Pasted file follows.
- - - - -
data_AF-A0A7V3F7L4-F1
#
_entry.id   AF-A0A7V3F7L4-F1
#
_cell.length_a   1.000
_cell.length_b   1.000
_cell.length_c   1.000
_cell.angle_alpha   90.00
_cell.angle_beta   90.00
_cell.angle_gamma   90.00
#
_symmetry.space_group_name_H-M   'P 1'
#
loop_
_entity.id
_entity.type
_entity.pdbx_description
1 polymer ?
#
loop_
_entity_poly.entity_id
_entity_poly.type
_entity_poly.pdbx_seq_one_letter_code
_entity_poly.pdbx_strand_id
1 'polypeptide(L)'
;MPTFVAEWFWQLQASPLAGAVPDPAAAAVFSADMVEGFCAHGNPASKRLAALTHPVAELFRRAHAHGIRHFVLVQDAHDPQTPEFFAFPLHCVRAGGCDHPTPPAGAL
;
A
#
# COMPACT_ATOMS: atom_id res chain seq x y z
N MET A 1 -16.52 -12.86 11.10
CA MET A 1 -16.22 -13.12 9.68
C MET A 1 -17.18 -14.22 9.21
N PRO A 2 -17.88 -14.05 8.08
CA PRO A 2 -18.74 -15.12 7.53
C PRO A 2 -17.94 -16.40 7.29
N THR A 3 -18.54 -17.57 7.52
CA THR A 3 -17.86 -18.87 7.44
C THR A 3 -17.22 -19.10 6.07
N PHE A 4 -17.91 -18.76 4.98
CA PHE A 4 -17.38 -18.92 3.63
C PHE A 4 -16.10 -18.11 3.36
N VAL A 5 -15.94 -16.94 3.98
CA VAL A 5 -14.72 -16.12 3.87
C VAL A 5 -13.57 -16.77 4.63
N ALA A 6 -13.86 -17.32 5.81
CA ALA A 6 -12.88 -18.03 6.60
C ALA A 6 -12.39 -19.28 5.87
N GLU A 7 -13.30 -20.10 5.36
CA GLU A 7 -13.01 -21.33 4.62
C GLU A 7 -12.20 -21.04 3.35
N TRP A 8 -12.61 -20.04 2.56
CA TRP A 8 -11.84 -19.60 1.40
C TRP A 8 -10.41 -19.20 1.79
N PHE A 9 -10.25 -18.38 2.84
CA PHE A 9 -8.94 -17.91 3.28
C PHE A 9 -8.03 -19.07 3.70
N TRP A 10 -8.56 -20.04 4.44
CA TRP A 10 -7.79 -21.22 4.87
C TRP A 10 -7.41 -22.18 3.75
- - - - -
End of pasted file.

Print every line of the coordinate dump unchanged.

data_AF-A0A7V3F7L4-F1
#
_entry.id   AF-A0A7V3F7L4-F1
#
_cell.length_a   1.000
_cell.length_b   1.000
_cell.length_c   1.000
_cell.angle_alpha   90.00
_cell.angle_beta   90.00
_cell.angle_gamma   90.00
#
_symmetry.space_group_name_H-M   'P 1'
#
loop_
_entity.id
_entity.type
_entity.pdbx_description
1 polymer ?
#
loop_
_entity_poly.entity_id
_entity_poly.type
_entity_poly.pdbx_seq_one_letter_code
_entity_poly.pdbx_strand_id
1 'polypeptide(L)'
;MPTFVAEWFWQLQASPLAGAVPDPAAAAVFSADMVEGFCAHGNPASKRLAALTHPVAELFRRAHAHGIRHFVLVQDAHDPQTPEFFAFPLHCVRAGGCDHPTPPAGAL
;
A
#
# COMPACT_ATOMS: atom_id res chain seq x y z
N MET A 1 -16.52 -12.86 11.10
CA MET A 1 -16.22 -13.12 9.68
C MET A 1 -17.18 -14.22 9.21
N PRO A 2 -17.88 -14.05 8.08
CA PRO A 2 -18.74 -15.12 7.53
C PRO A 2 -17.94 -16.40 7.29
N THR A 3 -18.54 -17.57 7.52
CA THR A 3 -17.86 -18.87 7.44
C THR A 3 -17.22 -19.10 6.07
N PHE A 4 -17.91 -18.76 4.98
CA PHE A 4 -17.38 -18.92 3.63
C PHE A 4 -16.10 -18.11 3.36
N VAL A 5 -15.94 -16.94 3.98
CA VAL A 5 -14.72 -16.12 3.87
C VAL A 5 -13.57 -16.77 4.63
N ALA A 6 -13.86 -17.32 5.81
CA ALA A 6 -12.88 -18.03 6.60
C ALA A 6 -12.39 -19.28 5.87
N GLU A 7 -13.30 -20.10 5.36
CA GLU A 7 -13.01 -21.33 4.62
C GLU A 7 -12.20 -21.04 3.35
N TRP A 8 -12.61 -20.04 2.56
CA TRP A 8 -11.84 -19.60 1.40
C TRP A 8 -10.41 -19.20 1.79
N PHE A 9 -10.25 -18.38 2.84
CA PHE A 9 -8.94 -17.91 3.28
C PHE A 9 -8.03 -19.07 3.70
N TRP A 10 -8.56 -20.04 4.44
CA TRP A 10 -7.79 -21.22 4.87
C TRP A 10 -7.41 -22.18 3.75